How did I get here…?

Purely by accident I’d say. I did my degree in Biological Sciences (specialising in Microbiology). After this, I worked for 4 years for an Animal Pharmaceutical company (they made vaccines for farm animals and small pets) where I had my first taste of industry life. I returned to Uni to complete my PhD, this was another 5 years, which seems a long time, but it flew by. I worked on a great project with the title “Development of a Robust Cell Culture Model to investigating the therapeutic potential of C. difficile bacteriophages” which loosely translates to I investigated viruses as a treatment for C. difficile infection using methods that involved the growing of cells.

The PhD experience taught me a lot, not just lab techniques but a great number of transferrable skills like resilience and critical thinking. I returned to the Animal Pharmaceutical Company, this time in QC whilst I waited for my Viva Voce (the final exam of the PhD which typically takes place about 3-4 months after submitting your thesis). And from that point I have been in QC. I transitioned over from animal pharmaceuticals to human biotechs – (which simply means I moved to companies that focused on treating us humans for various diseases) and that is when my QC journey really started.

My evenings…

…seem to fly by. I typically get home around 6ish, but it can be later. If I have no plans then my evenings involve a workout of some kind (this heavily depends on how hungry I am otherwise I go straight to the next thing mentioned in this list), dinner, the boring household chores (I hate going to bed with washing up in the sink) and a wind down before bed involving an easy to watch tv show or reading.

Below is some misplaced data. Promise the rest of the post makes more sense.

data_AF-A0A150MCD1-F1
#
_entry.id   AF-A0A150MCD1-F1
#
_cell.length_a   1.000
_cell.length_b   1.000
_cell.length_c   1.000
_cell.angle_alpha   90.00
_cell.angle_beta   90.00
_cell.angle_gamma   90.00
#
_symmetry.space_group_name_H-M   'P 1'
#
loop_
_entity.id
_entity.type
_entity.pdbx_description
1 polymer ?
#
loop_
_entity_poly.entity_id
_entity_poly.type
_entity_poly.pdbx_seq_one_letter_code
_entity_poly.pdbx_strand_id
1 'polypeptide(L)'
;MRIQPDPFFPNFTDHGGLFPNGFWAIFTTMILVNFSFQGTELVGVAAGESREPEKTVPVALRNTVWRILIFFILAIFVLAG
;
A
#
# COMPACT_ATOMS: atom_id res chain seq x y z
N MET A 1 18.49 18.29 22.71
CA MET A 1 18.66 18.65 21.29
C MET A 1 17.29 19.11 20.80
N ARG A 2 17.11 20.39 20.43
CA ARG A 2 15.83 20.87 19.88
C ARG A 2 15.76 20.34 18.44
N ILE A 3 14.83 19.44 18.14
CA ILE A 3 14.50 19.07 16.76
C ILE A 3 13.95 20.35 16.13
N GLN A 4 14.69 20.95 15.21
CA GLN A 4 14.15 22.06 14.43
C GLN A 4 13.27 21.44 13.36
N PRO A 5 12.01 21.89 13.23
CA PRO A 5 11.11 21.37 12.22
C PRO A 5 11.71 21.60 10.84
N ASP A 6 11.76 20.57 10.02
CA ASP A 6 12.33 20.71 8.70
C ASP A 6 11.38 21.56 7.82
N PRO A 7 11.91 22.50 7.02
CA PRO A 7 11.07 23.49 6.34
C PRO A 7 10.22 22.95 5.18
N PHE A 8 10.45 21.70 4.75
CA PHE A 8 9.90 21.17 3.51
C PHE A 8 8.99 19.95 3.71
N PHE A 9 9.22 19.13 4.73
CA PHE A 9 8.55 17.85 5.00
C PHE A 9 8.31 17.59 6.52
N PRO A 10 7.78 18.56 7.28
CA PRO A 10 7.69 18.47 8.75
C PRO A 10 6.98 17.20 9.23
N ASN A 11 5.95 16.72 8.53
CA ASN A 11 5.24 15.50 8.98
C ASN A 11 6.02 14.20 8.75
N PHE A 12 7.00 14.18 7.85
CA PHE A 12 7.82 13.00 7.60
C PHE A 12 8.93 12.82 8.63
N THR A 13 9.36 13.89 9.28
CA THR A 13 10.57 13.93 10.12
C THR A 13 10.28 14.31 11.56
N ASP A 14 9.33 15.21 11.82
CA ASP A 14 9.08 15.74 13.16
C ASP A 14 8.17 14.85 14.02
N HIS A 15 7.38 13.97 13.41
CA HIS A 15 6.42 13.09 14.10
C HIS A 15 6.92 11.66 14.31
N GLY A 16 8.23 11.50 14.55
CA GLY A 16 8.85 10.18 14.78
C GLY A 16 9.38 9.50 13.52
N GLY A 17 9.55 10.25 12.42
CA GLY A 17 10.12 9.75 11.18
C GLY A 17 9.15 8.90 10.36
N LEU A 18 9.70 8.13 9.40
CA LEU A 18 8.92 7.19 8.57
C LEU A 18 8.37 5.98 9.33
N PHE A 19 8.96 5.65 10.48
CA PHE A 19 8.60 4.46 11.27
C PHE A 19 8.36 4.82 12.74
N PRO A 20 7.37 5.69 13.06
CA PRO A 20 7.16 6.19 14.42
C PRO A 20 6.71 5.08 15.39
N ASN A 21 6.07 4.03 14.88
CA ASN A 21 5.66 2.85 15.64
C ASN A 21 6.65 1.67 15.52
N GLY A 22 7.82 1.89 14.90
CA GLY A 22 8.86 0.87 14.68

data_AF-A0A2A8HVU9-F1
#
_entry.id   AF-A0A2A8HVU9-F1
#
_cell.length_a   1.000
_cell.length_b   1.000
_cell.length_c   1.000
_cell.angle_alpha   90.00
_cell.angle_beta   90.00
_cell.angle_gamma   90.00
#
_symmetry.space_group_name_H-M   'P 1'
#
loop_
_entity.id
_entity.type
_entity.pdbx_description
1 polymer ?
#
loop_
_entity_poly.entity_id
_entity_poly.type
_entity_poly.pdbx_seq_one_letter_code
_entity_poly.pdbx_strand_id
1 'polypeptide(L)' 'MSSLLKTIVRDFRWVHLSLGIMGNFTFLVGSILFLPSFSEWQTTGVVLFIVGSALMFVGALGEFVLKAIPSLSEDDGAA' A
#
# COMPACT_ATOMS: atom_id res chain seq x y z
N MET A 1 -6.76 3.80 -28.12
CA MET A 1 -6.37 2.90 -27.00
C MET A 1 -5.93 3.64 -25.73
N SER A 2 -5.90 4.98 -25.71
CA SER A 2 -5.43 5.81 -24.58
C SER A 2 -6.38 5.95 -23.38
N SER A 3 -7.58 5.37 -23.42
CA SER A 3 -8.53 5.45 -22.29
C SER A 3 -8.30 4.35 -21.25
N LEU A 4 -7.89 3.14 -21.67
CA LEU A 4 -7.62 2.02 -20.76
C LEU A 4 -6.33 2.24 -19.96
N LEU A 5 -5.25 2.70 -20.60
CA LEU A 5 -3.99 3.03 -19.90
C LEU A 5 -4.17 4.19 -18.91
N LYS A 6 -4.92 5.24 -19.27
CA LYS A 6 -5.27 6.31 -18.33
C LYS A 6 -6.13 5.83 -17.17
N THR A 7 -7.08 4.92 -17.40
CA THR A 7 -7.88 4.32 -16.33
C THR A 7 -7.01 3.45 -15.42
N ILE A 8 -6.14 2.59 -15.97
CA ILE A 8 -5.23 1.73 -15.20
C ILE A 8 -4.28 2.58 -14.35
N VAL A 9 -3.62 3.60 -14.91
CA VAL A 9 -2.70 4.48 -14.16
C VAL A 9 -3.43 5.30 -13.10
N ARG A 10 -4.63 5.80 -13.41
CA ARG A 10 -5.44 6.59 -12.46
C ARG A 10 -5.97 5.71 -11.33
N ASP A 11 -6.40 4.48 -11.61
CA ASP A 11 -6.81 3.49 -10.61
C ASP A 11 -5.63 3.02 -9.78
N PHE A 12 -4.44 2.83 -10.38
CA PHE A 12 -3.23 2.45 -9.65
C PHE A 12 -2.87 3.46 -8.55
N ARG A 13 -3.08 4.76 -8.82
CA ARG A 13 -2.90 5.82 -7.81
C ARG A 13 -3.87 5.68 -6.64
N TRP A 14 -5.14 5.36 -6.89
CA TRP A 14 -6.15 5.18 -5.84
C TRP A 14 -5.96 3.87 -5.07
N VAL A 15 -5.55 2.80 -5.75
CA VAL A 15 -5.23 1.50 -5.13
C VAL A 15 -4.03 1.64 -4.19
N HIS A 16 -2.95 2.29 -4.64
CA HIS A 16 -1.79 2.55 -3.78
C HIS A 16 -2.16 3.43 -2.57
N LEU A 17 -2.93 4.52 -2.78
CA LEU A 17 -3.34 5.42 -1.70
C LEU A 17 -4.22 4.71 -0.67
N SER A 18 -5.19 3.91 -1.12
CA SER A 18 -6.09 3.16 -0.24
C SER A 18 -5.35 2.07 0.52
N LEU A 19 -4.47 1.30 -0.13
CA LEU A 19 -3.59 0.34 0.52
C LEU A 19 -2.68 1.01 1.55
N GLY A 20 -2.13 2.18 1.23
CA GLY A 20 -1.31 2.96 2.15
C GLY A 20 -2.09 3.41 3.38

My favourite thing about my job…

I love how it differs everyday. I also love juggling multiple tasks at once. It gives me an excuse to bring out a fancy notebook, some colourful pens (my friends will be the first to tell you I love my stationery, but that’s a different story) and write to do lists as long as my arm. There’s nothing I find more satisfying than crossing off a task on a list. I have been known to write down something I have already done so I can cross it off.

My least favourite thing about my job…

Sometimes I watch the QC Analytical Team and find myself debating if I want to be more hands on in the lab again…. a journey back into the past I suppose. But then I remind myself that the QC Operations role is just as important, as without us, there won’t be equipment to use, there won’t even be a lab. We are all part of a big (and very important) picture.

Words of advice…

I never knew what I wanted to do growing up. I knew I absolutely loved helping people, I enjoyed Biology which often leads people down the road of Medicine. However, Medicine isn’t the only option, there are so many fields out there like Genetics or Microbiology which are so worth exploring. It is worth researching the different pharmaceutical companies as well. Most of all, I would say it’s really important to do what you enjoy. That way, you will be happy investing more of your time and you won’t feel like it’s a chore to do.

The fact I love my job has helped me through some of my more painful days when my Rheumatoid Arthritis has been particularly bad. Take a day at a time and do your very best for that day whilst making the most of every opportunity that comes your way.

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Written by Dr Ananathi Ramachandran